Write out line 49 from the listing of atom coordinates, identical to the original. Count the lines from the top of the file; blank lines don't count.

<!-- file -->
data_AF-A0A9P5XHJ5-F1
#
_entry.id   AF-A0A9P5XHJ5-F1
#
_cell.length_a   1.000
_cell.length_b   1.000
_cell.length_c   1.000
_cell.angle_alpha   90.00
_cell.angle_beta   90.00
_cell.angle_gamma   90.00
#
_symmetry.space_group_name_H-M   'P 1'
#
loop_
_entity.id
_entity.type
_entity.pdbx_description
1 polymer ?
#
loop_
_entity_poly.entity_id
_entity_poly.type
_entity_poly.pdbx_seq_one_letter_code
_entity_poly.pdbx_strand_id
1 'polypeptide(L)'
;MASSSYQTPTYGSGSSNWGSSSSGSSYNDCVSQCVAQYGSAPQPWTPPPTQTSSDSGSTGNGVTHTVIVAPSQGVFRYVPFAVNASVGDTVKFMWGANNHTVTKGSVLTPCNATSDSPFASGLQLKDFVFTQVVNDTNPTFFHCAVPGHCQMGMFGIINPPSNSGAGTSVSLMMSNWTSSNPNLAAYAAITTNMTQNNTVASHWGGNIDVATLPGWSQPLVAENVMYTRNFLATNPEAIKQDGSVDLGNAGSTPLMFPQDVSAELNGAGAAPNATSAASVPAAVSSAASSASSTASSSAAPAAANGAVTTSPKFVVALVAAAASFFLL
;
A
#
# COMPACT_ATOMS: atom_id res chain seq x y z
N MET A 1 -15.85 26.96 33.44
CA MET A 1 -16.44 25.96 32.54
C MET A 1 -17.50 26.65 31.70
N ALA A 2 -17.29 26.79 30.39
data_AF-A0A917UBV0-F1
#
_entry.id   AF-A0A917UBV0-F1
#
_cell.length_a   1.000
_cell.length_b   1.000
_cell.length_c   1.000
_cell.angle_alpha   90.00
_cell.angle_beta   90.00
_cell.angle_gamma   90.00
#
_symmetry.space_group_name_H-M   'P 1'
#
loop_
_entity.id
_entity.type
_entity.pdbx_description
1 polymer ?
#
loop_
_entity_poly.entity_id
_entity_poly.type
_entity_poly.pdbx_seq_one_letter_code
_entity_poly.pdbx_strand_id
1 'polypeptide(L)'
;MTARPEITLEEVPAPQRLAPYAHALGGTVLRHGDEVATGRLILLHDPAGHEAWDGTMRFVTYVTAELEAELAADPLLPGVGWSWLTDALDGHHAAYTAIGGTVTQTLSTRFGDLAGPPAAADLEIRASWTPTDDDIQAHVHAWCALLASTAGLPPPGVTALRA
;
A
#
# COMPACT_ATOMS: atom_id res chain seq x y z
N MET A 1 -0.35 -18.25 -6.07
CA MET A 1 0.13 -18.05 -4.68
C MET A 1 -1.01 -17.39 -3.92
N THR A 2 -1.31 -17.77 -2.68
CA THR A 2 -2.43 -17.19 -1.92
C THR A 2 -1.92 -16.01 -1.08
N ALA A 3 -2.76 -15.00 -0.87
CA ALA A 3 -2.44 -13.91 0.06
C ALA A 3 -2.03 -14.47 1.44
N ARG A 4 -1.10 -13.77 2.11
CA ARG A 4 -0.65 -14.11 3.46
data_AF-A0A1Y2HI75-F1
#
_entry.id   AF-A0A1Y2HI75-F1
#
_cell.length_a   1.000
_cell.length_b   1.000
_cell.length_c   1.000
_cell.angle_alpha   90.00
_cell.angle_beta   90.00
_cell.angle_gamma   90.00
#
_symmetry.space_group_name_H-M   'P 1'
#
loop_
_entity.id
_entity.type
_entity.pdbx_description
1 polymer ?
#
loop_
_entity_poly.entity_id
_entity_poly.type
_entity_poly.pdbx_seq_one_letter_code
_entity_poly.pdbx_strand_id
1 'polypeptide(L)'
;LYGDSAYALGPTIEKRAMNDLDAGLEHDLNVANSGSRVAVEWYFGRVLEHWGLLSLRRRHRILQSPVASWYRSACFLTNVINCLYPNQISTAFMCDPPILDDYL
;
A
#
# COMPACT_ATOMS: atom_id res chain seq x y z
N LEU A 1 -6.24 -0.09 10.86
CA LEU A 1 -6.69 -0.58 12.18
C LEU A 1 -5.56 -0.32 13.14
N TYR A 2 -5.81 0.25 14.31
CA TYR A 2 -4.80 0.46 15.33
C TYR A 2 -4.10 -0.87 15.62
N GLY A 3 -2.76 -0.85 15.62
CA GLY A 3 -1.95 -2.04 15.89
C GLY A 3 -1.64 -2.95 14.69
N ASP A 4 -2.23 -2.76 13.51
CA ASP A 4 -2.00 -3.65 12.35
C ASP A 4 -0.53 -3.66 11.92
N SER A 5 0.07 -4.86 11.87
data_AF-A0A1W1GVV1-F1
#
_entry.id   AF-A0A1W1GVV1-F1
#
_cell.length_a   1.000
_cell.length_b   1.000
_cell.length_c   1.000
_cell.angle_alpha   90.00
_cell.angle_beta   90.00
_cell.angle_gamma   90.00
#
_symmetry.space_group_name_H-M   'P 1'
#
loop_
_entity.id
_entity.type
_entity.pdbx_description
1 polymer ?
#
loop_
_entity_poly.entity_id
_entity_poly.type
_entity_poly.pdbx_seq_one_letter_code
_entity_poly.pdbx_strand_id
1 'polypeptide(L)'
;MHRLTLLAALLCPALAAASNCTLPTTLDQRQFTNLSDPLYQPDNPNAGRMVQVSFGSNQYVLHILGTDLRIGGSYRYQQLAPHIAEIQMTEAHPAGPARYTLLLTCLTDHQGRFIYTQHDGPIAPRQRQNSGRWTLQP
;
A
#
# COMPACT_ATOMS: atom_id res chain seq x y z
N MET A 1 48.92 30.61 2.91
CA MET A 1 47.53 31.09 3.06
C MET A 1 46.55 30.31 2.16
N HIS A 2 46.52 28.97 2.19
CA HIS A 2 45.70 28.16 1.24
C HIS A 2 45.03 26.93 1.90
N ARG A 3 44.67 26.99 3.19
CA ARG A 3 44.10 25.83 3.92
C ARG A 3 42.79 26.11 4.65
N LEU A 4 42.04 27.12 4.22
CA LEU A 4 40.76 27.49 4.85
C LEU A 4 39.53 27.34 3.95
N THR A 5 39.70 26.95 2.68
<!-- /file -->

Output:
_entity.id